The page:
Here’s the cheating I was talking about. My destination was a spot in Glendale you’ll read bout later. However, I didn’t feel like walking all the way there from Williamsburg. Maybe a few years ago, I would have; I have friends just. few years younger than I who routinely can walk 25-30 miles in one day. I am not one of those people; my all-time max has been 15 in one day. There was a ready solution handy: The M train to Fresh Pond Road.
The north end of the southbound platform at the Marcy Avenue J/M station is among the city’s most photogenic. From here you can see the Williamsburg Bridge and a painted ad for the Peter Luger Steakhouse. I have eaten there twice. It’s a no nonsense palace for people who enjoy beefsteaks. Each time I have been there, there were four of us. When the rare porterhouse was brought over, with the traditional creamed spinach and home fries, we set on the meat like hungry jackals until a half hour later there was nothing left but bones. Now, this was a number of years ago and the bill for four was approximately $200, which we didn’t feel was outrageous for the time; it’s more expensive now (help me out in Comments).
My other Luger experience came before that. A friend and I were driving around Greenpoint and Williamsburg just before Christmas in 1992. We were a bit dry and spotted Luger’s, walked in and had a drink by the bar, which is just inside the entrance. It was around noon. While there, I spotted guys rushing about with platters piled high with raw meat. “My kinda place,” I thought, but didn’t get to eat any of that meat until some years later.
The domed building in the middle of the photo is the original branch building of the Williamsburg(h) Savings Bank, constructed between 1870 and 1875 (George Post, arch.) This was the Savings Bank’s headquarters until 1929, when Brooklyn’s first skyscraper was constructed at Hanson and Ashland Places in Fort Greene…so the Williamsburg Savings Bank, now HSBC, has built two of Brooklyn’s signature buildings. The bank, now called Weylin, is now an event space (weddings etc.)
After getting off the M at Fresh Pond Road I headed south. An unimportant-looking two-lane road branches from Fresh Pond Road at 69th Avenue. It is actually the original southern extension of Fresh Pond Road and is the only direct north-south route through the massive Cemetery Belt arrayed along the glacial moraine separating Brooklyn and Queens.
The road traced the original path of Fresh Pond Road; when the original was extended south to Myrtle Avenue in the 1910s, the road required a new name. It was called Kossuth Place for a time, as on this 1915 map; Lajos (Louis) Kossuth was the hero of the Hungarian revolution of 1848-1849. Much of the road south of Central Avenue was granted the name Cypress Hills Road, then Cypress Hills Street, except for the southernmost portion that connected with Jamaica Avenue and Euclid Avenue; that section kept the name Fresh Pond Road well into the 1940s at least, adding to the confusion. Cypress Hills Street, Cypress Hills Cemetery and Cypress Avenue are named for a preponderance of cypress trees in the cemetery belt.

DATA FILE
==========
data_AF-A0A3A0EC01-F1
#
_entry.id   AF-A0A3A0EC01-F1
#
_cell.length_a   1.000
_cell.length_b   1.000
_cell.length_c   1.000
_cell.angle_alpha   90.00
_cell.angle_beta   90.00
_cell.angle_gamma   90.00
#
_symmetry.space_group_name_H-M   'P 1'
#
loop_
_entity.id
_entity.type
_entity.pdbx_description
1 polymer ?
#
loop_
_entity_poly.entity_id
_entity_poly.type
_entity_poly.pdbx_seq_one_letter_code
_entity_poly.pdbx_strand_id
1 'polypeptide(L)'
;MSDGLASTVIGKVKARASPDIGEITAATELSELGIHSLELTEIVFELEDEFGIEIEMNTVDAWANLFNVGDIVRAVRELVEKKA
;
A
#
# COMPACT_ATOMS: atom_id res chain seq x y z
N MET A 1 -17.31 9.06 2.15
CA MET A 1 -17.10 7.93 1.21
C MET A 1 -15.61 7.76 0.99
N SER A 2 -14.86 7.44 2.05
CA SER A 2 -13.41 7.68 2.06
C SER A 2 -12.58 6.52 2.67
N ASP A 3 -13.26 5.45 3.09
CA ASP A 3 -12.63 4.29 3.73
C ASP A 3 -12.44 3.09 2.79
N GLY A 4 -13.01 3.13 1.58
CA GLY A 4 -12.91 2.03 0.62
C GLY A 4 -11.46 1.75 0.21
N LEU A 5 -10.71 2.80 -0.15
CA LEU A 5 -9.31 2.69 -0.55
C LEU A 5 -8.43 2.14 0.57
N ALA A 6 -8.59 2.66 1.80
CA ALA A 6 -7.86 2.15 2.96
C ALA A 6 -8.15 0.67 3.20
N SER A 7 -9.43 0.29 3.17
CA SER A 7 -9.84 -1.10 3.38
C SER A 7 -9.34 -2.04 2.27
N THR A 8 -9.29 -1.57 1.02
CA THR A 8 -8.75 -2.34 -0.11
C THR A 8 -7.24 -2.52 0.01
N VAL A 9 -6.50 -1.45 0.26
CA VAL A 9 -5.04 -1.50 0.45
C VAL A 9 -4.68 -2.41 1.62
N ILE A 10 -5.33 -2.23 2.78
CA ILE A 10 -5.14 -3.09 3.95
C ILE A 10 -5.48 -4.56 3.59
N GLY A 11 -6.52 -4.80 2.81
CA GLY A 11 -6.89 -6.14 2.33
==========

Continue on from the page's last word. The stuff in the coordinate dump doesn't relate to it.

Between Myrtle Avenue and Cooper Avenue, Cypress Hills Street is a relatively narrow one-lane route running one-way south. South of Cooper, though, it’s transformed into a 4-lane behemoth (that the city recently reduced to two by adding bicycle lanes) that traverses the belt and connects traffic to the Jackie Robinson Parkway and Jamaica Avenue. Between the Jackie and 80th Avenue, it passes Machpelah Cemetery on its west side. Why do I mention that? A walk through the front gate and a jog to the left and you are in the company of Harry Houdini’s remains.
The Salvation Army still owns this building on Cypress Hills Street (CHS) just south of the Fresh Pond junction and its metallic letter signage and a painted logo remain.
In the early 20th Century, farmer Walter F. Ring, sensing change in the air as urbanization was taking hold, went out independently and found a partner, William R. Gibson. They formed the Ring-Gibson Company, whose forte was building multi-unit rowhouses with businesses at ground level.
They were very interested in developing the part of the Ring land that fronted Fresh Pond Road, but as it was still owned by the Ring heirs (of which Walter was one), they could not buy it directly. In a strange and legally questionable arrangement, they asked developers Paul Stier to buy the land, which Ring-Gibson then purchased from him for $1. Much of today’s Fresh Pond Road commercial district came about because of this deal.